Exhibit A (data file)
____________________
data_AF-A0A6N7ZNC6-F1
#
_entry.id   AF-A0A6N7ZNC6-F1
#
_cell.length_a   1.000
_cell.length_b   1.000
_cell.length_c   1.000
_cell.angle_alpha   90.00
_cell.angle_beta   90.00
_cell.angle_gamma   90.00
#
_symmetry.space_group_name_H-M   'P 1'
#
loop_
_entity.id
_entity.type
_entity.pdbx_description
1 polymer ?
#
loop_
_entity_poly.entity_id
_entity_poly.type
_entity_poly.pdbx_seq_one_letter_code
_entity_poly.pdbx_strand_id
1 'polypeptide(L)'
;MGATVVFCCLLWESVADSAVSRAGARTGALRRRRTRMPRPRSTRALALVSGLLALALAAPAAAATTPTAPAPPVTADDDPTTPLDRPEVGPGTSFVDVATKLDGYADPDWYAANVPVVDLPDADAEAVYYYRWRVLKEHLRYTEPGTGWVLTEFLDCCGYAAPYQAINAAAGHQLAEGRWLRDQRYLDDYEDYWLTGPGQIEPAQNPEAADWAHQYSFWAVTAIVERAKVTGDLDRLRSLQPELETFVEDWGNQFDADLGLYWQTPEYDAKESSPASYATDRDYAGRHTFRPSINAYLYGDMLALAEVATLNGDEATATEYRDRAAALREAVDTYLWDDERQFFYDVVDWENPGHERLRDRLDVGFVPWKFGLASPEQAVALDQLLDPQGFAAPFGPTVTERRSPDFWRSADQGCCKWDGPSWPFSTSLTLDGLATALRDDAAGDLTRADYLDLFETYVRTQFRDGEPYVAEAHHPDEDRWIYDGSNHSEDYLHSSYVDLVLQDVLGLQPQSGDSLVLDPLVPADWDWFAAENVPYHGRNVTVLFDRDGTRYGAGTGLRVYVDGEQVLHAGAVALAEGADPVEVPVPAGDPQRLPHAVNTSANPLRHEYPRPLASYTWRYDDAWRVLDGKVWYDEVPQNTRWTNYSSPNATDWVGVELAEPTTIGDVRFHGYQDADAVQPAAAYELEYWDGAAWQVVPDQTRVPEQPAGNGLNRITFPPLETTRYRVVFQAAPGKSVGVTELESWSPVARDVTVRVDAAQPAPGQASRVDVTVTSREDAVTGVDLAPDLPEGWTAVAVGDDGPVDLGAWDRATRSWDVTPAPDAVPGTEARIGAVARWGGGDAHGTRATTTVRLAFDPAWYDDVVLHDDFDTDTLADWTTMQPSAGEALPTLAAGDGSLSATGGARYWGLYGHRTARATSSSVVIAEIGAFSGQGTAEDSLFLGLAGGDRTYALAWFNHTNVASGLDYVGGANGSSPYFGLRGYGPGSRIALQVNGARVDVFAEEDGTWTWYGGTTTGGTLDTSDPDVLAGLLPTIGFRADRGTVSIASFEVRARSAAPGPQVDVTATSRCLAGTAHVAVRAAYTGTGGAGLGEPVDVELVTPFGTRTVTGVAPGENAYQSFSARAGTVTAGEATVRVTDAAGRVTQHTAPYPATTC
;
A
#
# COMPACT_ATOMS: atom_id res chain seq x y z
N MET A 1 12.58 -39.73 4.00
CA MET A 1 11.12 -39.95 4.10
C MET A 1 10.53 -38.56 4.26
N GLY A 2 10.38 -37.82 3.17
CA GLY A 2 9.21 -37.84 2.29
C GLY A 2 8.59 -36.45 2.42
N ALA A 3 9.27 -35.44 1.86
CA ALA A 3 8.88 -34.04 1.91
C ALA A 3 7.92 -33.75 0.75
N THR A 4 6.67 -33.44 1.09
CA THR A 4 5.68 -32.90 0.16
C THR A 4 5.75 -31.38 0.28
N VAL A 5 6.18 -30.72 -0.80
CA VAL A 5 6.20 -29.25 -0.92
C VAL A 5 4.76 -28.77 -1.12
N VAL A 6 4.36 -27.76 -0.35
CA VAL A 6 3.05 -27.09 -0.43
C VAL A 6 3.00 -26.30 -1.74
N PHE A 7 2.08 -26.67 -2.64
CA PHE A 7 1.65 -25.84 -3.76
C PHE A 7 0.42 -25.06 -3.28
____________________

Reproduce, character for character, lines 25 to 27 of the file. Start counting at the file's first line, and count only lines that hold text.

1 'polypeptide(L)'
;MGATVVFCCLLWESVADSAVSRAGARTGALRRRRTRMPRPRSTRALALVSGLLALALAAPAAAATTPTAPAPPVTADDDPTTPLDRPEVGPGTSFVDVATKLDGYADPDWYAANVPVVDLPDADAEAVYYYRWRVLKEHLRYTEPGTGWVLTEFLDCCGYAAPYQAINAAAGHQLAEGRWLRDQRYLDDYEDYWLTGPGQIEPAQNPEAADWAHQYSFWAVTAIVERAKVTGDLDRLRSLQPELETFVEDWGNQFDADLGLYWQTPEYDAKESSPASYATDRDYAGRHTFRPSINAYLYGDMLALAEVATLNGDEATATEYRDRAAALREAVDTYLWDDERQFFYDVVDWENPGHERLRDRLDVGFVPWKFGLASPEQAVALDQLLDPQGFAAPFGPTVTERRSPDFWRSADQGCCKWDGPSWPFSTSLTLDGLATALRDDAAGDLTRADYLDLFETYVRTQFRDGEPYVAEAHHPDEDRWIYDGSNHSEDYLHSSYVDLVLQDVLGLQPQSGDSLVLDPLVPADWDWFAAENVPYHGRNVTVLFDRDGTRYGAGTGLRVYVDGEQVLHAGAVALAEGADPVEVPVPAGDPQRLPHAVNTSANPLRHEYPRPLASYTWRYDDAWRVLDGKVWYDEVPQNTRWTNYSSPNATDWVGVELAEPTTIGDVRFHGYQDADAVQPAAAYELEYWDGAAWQVVPDQTRVPEQPAGNGLNRITFPPLETTRYRVVFQAAPGKSVGVTELESWSPVARDVTVRVDAAQPAPGQASRVDVTVTSREDAVTGVDLAPDLPEGWTAVAVGDDGPVDLGAWDRATRSWDVTPAPDAVPGTEARIGAVARWGGGDAHGTRATTTVRLAFDPAWYDDVVLHDDFDTDTLADWTTMQPSAGEALPTLAAGDGSLSATGGARYWGLYGHRTARATSSSVVIAEIGAFSGQGTAEDSLFLGLAGGDRTYALAWFNHTNVASGLDYVGGANGSSPYFGLRGYGPGSRIALQVNGARVDVFAEEDGTWTWYGGTTTGGTLDTSDPDVLAGLLPTIGFRADRGTVSIASFEVRARSAAPGPQVDVTATSRCLAGTAHVAVRAAYTGTGGAGLGEPVDVELVTPFGTRTVTGVAPGENAYQSFSARAGTVTAGEATVRVTDAAGRVTQHTAPYPATTC
;